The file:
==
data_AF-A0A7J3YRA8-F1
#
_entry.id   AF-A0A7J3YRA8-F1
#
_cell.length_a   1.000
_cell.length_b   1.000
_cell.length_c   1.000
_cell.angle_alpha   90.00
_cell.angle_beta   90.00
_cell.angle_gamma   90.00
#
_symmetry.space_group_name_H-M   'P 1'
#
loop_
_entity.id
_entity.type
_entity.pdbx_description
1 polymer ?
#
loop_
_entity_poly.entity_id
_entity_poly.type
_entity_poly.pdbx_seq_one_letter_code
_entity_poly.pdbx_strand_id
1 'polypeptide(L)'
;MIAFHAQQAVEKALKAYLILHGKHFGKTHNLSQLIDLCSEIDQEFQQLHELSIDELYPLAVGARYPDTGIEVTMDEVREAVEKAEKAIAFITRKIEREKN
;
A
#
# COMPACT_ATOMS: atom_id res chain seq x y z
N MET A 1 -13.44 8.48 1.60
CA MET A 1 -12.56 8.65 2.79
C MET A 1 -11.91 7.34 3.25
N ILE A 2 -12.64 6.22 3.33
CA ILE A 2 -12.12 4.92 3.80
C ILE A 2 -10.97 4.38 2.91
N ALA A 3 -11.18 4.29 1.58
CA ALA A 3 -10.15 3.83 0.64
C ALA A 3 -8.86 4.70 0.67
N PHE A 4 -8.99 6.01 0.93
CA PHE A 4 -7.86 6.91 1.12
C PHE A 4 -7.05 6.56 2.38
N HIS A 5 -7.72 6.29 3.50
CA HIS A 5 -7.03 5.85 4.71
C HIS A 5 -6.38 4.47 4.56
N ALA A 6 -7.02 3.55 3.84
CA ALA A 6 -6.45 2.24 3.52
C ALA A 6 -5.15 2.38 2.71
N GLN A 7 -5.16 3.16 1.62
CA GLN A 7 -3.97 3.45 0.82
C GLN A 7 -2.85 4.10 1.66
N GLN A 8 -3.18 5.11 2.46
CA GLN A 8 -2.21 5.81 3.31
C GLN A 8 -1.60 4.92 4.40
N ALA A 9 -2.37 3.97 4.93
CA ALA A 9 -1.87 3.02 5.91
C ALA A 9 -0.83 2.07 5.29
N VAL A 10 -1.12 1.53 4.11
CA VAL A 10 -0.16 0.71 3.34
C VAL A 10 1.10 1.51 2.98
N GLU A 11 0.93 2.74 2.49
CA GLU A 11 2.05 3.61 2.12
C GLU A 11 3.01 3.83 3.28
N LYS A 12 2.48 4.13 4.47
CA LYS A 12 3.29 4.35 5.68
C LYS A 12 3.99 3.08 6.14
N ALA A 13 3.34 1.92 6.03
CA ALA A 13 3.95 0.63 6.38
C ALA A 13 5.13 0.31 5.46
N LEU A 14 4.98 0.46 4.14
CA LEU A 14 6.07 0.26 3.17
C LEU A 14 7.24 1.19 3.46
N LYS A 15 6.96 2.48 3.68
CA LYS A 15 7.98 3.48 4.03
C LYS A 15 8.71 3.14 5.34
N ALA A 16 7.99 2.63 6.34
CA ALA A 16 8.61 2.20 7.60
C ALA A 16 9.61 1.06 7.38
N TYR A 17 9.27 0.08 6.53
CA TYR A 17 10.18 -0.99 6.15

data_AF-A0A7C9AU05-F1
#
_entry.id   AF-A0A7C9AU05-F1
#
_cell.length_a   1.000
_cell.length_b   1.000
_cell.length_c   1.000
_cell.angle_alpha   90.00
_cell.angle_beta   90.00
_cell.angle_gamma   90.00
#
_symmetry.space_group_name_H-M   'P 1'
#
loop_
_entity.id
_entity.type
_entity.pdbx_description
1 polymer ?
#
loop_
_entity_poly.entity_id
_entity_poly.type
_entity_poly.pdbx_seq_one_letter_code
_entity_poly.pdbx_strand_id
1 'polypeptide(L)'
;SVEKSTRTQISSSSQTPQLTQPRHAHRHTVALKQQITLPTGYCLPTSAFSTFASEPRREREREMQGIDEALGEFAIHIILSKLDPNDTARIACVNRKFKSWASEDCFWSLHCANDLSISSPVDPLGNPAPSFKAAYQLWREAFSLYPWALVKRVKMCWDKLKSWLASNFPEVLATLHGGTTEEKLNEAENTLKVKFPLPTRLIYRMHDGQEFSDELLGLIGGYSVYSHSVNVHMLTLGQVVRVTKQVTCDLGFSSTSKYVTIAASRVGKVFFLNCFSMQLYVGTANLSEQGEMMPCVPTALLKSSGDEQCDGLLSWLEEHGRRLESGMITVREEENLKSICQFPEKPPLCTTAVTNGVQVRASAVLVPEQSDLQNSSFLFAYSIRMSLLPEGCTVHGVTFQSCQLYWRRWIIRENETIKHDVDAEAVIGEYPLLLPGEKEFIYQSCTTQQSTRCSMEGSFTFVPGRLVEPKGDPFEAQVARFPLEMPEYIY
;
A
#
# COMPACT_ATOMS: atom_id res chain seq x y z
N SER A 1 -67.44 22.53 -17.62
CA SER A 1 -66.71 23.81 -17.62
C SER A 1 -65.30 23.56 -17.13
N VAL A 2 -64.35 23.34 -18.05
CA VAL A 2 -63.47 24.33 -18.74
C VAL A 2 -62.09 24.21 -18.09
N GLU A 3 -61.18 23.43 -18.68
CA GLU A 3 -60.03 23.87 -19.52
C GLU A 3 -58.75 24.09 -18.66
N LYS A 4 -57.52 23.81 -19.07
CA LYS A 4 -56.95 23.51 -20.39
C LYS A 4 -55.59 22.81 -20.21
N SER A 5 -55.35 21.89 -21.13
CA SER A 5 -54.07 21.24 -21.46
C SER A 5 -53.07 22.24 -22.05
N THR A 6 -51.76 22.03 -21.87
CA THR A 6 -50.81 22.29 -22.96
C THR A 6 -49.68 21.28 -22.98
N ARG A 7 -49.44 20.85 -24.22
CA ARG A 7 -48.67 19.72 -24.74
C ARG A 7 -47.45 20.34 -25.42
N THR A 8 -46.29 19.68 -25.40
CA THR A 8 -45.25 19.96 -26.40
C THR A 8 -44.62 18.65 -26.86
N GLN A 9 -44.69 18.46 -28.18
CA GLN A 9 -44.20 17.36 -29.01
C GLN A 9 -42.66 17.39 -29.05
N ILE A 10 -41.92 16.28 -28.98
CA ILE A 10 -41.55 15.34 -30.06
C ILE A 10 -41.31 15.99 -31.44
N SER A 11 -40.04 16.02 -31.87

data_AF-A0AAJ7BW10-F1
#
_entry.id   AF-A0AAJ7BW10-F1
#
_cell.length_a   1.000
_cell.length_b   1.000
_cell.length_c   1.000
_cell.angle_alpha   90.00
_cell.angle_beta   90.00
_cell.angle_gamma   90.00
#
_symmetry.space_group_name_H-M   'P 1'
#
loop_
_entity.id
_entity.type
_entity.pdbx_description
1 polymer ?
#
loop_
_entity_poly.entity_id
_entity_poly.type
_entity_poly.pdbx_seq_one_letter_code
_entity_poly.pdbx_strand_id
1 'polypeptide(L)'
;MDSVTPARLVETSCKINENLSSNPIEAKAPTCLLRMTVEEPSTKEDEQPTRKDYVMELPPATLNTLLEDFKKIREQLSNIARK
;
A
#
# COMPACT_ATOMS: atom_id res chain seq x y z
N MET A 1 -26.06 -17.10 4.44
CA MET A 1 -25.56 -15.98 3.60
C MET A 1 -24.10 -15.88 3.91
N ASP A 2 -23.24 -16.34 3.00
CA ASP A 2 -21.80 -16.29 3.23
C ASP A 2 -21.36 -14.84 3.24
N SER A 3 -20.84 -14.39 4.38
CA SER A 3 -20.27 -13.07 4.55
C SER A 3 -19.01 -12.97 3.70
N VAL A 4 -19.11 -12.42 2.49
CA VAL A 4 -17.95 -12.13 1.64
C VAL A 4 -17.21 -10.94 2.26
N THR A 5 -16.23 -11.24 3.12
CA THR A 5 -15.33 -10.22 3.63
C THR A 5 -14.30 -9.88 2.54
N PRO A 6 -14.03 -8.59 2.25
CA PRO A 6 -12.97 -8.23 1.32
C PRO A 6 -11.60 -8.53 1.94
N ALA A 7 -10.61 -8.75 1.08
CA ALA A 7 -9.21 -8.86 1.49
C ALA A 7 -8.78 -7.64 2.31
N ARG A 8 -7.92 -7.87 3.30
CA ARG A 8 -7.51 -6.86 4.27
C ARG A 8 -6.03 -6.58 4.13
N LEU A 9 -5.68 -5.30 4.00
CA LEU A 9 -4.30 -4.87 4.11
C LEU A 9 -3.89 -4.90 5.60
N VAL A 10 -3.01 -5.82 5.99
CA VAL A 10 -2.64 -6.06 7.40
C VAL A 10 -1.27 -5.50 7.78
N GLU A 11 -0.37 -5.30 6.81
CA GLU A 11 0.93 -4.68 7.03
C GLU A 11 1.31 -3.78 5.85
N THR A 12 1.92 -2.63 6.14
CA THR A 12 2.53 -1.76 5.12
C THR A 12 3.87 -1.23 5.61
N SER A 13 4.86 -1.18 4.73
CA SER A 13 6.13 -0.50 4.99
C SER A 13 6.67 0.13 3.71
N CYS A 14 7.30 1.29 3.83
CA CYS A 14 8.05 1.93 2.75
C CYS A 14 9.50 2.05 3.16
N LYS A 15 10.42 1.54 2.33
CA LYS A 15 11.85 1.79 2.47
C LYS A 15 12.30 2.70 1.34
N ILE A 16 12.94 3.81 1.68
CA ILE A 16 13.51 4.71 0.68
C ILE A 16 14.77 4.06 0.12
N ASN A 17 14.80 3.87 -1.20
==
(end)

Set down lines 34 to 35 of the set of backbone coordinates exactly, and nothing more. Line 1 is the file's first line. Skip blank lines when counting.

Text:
N ILE A 2 -12.64 6.22 3.33
CA ILE A 2 -12.12 4.92 3.80